How to Parent a Boomerang Kid

Many young adults are moving back home—learn how to adjust

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Becoming a young adult in this day and age does not always equate to living on your own. In fact, more and more young adults are returning home after college after failed attempts to live on their own, or they may have never moved out at all.

Often referred to as the "boomerang generation," this group of young people includes roughly one in three Americans between the ages of 18 and 34 according to the most recent data from the U.S. Census. This means more parents are faced with their adult kids moving home.

Not surprisingly, most parents are not prepared for this new phase in their life and have a host of questions about how to handle the situation. Aside from navigating the basics, there also are concerns about how to handle the finances—especially as many parents approach retirement. 

Causes

According to a report by the Pew Research Center, the trend of adult children moving back home is largely due to the fact that young adults are generally not getting married before the age of 35 as in years past.

The Pew Research Center reports that for the first time in more than 130 years, young adults ages 18 to 34 were more likely to be living at home with their parents rather than with a spouse or partner in their own household.

As far back as the year 1880, living with a spouse was the primary living arrangement for this age group. This peaked in the 1960s when 62 percent of the nation's population ages 18 to 34 were living with a spouse or partner in their own household. Meanwhile, only one in five were still living with their parents.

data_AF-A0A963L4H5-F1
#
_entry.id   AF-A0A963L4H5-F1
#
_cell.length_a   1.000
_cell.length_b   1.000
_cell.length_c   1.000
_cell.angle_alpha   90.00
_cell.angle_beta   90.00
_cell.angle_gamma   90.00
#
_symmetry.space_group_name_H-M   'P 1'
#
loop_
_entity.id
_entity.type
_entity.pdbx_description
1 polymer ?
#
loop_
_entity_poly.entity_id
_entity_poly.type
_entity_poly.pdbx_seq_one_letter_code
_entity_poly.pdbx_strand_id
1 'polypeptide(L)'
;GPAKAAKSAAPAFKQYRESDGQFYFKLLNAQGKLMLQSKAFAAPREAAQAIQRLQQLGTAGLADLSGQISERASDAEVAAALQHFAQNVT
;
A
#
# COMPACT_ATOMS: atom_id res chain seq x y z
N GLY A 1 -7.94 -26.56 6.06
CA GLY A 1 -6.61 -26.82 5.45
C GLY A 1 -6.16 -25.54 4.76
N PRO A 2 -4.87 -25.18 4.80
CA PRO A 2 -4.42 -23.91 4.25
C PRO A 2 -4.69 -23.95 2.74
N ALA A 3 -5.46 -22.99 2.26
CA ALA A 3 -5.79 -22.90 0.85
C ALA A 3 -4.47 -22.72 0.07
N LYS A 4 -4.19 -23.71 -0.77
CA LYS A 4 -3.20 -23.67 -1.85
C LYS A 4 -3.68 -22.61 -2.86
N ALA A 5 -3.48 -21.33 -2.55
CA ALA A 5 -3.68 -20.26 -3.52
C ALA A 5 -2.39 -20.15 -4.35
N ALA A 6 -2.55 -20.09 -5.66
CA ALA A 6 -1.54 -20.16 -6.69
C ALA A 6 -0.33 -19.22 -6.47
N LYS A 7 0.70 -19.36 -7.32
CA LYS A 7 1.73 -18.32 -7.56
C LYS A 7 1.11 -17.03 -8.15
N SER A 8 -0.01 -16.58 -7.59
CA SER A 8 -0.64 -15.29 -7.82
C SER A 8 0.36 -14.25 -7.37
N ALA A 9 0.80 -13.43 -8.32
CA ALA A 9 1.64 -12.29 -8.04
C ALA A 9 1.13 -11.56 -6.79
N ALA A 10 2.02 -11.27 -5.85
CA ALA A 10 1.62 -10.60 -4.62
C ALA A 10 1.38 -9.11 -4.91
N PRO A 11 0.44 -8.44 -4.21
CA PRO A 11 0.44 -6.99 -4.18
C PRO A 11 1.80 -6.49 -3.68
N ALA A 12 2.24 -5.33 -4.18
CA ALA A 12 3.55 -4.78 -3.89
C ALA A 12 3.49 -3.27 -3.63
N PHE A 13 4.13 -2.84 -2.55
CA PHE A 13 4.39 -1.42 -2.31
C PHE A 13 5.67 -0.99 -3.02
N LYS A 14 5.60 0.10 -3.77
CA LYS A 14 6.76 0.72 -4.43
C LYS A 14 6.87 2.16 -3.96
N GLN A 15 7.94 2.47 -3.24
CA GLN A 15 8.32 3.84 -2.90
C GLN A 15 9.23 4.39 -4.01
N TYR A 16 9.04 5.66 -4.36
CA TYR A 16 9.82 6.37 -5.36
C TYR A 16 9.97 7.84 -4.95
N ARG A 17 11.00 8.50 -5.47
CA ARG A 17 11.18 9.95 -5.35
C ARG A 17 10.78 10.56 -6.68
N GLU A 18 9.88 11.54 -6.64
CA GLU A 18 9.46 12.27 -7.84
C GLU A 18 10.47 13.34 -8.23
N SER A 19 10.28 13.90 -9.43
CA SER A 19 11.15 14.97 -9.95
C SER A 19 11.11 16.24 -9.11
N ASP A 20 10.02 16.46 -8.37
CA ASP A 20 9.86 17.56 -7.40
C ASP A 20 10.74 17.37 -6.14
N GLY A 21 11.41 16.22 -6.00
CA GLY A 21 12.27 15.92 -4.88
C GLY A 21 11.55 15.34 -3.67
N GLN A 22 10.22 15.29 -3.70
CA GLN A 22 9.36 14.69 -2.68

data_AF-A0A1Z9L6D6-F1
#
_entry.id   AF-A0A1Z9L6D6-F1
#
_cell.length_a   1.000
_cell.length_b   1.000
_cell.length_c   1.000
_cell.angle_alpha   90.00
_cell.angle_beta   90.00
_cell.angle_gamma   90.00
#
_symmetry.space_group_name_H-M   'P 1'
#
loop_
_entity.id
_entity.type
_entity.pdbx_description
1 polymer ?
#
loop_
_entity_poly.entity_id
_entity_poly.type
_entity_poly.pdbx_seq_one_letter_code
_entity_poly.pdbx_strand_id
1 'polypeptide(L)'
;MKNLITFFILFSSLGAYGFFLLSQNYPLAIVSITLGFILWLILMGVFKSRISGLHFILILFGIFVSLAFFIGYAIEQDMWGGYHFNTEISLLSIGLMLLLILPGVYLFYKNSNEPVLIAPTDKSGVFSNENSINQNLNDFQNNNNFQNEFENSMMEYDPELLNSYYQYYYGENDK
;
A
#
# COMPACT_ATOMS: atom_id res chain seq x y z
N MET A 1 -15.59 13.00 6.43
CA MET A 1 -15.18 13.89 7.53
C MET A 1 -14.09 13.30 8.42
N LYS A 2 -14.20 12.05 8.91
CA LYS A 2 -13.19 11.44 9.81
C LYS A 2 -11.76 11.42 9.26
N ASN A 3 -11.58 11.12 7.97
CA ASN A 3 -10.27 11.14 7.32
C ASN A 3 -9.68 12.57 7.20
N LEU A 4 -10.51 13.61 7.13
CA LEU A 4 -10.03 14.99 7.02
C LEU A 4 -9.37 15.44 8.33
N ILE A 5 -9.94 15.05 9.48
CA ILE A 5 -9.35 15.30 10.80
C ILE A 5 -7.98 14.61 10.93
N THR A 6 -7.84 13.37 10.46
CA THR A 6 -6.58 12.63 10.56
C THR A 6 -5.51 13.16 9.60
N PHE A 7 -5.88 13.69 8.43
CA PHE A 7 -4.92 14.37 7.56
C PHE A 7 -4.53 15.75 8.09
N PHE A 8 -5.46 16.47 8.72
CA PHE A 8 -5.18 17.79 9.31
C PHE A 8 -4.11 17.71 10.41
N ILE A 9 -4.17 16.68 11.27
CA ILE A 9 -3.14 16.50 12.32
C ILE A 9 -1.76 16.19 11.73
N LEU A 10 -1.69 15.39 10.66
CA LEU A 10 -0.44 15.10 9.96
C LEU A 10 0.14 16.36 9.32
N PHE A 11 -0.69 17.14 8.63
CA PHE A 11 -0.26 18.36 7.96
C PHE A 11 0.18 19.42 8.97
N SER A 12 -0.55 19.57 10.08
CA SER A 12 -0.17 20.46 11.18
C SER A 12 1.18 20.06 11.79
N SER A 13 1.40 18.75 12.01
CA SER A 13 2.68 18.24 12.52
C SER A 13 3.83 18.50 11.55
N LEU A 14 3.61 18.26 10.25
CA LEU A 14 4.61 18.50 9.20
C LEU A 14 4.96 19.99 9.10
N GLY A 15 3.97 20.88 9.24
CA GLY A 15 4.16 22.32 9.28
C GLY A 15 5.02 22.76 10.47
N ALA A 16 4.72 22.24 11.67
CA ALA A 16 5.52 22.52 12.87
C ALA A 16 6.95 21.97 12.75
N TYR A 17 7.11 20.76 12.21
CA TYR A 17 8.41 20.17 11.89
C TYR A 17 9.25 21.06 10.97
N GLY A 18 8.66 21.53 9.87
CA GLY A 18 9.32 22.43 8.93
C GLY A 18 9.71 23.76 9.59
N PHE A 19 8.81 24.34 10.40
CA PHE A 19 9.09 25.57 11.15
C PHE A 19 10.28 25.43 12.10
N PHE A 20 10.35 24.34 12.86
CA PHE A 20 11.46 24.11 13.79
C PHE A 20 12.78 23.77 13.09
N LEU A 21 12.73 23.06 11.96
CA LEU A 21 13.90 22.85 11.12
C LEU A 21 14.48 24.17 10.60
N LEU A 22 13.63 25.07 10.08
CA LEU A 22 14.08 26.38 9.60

Interestingly, the peak time for this age group to be living with parents was in 1940 when 35 percent of young adults lived at home. Fast forward to 2014, Pew reports that 32 percent of young adults were living at home.

Delay of Marriage

While there are a variety of factors that contribute to young adults moving back in with parents, the delay of marriage seems to be the biggest reason.

Without two incomes, combined with the rising cost of rent in bigger cities, young adults are finding it hard to establish a home of their own. In fact, the median age for marriage has risen steadily for decades according to Pew. Furthermore, research shows that as many as one in four young adults may never marry.

Even with couples opting for cohabitation, the rates at which young people are living together has also been steadily declining since 1990.

Job Access

Other factors contributing to the boomerang effect include access to jobs, low wages, and even student loan debt.

Young adults today are finding it difficult to find well-paying jobs and as a result, it is difficult for many to make ends meet on their own. Additionally, many young adults are burdened with student loan debts, and they are struggling to make their payments and cover their expenses simultaneously. For this reason, it makes sense for many young adults to move back in with their parents until they can get on their feet. 

Effect on Young Adults

Research suggests that living at home may have some emotional costs for young adults, especially in terms of how they view their life.

Emotional State

For instance, many young adults that do live at home feel they are not living the best possible life, regardless of whether they are unemployed or unmarried. In fact, according to one interview by Gallup, young adults between the ages of 24 and 34 who live with their parents are significantly less likely to "thrive" than young adults of the same age who live on their own.